“In the face of pain there are no heroes”
George Orwell’s 1984 is a brilliant commentary on the dangers of totalitarianism, mind control, technology and both physical and psychological manipulation. The novel’s protagonist, Winston Smith, is a very pensive and curious man. He is desperate to uncover the roots behind the twisted caste system that has been set in place by an organization called the Party. The Party demonstrates absolute control over every aspect of life in Oceania (formerly London). They are a totalitarian organization using language as a mind control device as well as psychological and physical intimidation and manipulation in order to keep its citizens, or effectively its slaves, in line. One thing always holds true in Oceania, “Big Brother is Watching You.” Winston Smith never becomes a true hero because the very society in which he resides has changed the very nature of what a hero can and cannot do. A society in which war is peace, freedom is slavery and ignorance is strength makes individualism an act of blatant terrorism. When individuality becomes a crime the devastating power of the Party is illustrated through Winston’s attempts at freedom and independence.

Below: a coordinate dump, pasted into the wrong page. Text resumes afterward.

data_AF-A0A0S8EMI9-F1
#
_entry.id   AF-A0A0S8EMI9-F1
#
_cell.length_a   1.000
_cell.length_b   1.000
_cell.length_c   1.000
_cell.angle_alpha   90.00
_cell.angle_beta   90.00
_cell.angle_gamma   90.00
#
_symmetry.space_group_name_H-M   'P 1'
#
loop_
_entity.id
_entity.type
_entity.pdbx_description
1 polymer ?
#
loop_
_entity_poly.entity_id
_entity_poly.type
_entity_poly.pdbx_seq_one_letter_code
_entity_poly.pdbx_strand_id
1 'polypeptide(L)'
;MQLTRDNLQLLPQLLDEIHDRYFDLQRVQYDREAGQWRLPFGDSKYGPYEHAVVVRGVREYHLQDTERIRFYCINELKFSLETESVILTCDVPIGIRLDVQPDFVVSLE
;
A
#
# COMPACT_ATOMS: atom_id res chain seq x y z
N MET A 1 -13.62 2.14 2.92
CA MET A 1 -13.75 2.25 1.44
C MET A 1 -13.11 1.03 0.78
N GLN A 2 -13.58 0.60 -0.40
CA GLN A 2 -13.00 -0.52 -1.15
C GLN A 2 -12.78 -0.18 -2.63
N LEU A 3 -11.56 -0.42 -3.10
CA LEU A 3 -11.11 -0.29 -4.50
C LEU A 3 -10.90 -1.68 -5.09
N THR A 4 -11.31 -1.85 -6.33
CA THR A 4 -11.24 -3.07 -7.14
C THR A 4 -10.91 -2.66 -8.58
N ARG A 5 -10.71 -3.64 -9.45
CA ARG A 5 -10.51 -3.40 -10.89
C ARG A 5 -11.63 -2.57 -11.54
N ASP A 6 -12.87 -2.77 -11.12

Oceania is a harsh, totalitarian state. The leaders of the Party rely on a message that they relay over and over again: “War is peace, freedom is slavery and ignorance is strength.” They are a state that monitors and controls every aspect of society and even human interaction to the point where disloyal thoughts are made illegal. For the Party, “power is in tearing human minds to pieces and putting them together again in new shapes of your own choosing.” Due to the fact that Winston chooses to refuse the Party’s ideals and controlling ways the point of their vast power is realized on an even greater scale. The true oppression of the Party, Big Brother and the Thought Police can be seen. Though Winston exhibits a sort of refreshing thoughtfulness (at least in regards to any other...
Cited: 1. "1984 by George Orwell. Orwell, George. 1984. Ed. Erich Fromm. New York: Harcourt, 1949.
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